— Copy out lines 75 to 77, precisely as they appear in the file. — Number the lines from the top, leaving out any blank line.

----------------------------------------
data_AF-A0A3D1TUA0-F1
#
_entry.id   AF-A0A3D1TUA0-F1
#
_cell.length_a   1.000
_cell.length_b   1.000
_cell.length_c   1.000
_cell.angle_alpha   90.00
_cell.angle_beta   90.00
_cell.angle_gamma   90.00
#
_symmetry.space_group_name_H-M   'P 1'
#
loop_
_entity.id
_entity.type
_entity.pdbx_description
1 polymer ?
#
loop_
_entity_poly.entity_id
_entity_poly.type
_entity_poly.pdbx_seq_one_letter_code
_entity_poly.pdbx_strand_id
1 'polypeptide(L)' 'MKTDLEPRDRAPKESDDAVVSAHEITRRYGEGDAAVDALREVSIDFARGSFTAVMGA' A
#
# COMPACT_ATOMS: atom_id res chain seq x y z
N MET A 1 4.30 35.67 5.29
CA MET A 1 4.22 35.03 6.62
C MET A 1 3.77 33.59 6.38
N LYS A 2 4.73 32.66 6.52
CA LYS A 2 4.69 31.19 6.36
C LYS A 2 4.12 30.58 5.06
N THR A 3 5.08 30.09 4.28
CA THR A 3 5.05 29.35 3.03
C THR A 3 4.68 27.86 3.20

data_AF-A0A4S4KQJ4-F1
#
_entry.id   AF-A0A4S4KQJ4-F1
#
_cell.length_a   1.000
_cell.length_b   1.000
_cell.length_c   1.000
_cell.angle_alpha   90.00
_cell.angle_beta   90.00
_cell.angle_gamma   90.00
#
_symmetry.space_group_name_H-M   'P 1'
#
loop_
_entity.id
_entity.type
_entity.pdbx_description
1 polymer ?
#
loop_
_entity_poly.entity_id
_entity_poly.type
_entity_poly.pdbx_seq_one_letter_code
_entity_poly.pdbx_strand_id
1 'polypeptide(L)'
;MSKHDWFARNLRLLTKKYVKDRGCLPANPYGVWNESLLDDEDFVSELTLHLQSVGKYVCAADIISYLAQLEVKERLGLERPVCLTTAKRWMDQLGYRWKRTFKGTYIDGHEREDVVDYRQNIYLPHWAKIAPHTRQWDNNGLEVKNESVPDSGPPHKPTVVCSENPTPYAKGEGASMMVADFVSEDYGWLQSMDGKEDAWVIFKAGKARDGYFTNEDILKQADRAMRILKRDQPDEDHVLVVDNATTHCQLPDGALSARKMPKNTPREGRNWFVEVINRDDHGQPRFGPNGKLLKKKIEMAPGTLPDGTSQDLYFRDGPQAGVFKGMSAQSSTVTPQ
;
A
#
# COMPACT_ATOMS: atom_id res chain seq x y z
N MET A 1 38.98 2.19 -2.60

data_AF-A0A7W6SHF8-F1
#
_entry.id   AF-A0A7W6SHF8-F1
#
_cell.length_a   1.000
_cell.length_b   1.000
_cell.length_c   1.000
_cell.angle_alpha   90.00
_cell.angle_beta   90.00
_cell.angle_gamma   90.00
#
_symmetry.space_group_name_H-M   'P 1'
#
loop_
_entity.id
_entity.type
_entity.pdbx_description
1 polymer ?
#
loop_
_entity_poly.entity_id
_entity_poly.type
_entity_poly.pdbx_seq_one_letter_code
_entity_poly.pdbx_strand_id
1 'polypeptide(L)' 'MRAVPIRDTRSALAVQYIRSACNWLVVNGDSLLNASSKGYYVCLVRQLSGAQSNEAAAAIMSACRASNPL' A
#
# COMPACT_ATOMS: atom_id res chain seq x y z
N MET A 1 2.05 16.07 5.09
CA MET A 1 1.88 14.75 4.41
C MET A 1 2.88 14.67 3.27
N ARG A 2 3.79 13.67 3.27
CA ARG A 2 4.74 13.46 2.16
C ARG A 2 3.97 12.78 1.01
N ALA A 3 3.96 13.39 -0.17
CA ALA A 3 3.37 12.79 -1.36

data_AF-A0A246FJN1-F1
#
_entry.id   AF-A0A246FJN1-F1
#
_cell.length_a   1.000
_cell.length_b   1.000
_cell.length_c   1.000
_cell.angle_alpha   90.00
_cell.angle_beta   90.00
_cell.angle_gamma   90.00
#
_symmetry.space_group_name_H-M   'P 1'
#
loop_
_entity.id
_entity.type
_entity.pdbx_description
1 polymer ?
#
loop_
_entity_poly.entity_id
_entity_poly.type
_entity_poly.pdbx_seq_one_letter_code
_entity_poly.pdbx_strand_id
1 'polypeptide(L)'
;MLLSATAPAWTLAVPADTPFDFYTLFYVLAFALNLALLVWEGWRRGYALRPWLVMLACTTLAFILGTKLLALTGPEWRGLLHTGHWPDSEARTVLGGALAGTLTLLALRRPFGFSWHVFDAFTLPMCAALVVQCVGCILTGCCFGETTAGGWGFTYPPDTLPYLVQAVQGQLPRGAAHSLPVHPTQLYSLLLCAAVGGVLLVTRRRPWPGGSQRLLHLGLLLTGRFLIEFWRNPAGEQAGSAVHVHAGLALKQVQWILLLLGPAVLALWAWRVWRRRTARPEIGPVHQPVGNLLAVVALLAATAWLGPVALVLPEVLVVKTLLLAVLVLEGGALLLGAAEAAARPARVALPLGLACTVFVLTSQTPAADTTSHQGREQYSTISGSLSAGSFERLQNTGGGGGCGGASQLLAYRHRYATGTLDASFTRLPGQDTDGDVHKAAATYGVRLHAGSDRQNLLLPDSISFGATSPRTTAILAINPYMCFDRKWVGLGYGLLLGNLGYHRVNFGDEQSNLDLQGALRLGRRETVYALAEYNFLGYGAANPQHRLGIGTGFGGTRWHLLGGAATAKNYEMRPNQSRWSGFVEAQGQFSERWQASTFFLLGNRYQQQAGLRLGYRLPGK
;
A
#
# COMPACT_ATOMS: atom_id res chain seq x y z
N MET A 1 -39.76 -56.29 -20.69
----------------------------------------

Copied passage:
_cell.angle_alpha   90.00
_cell.angle_beta   90.00
_cell.angle_gamma   90.00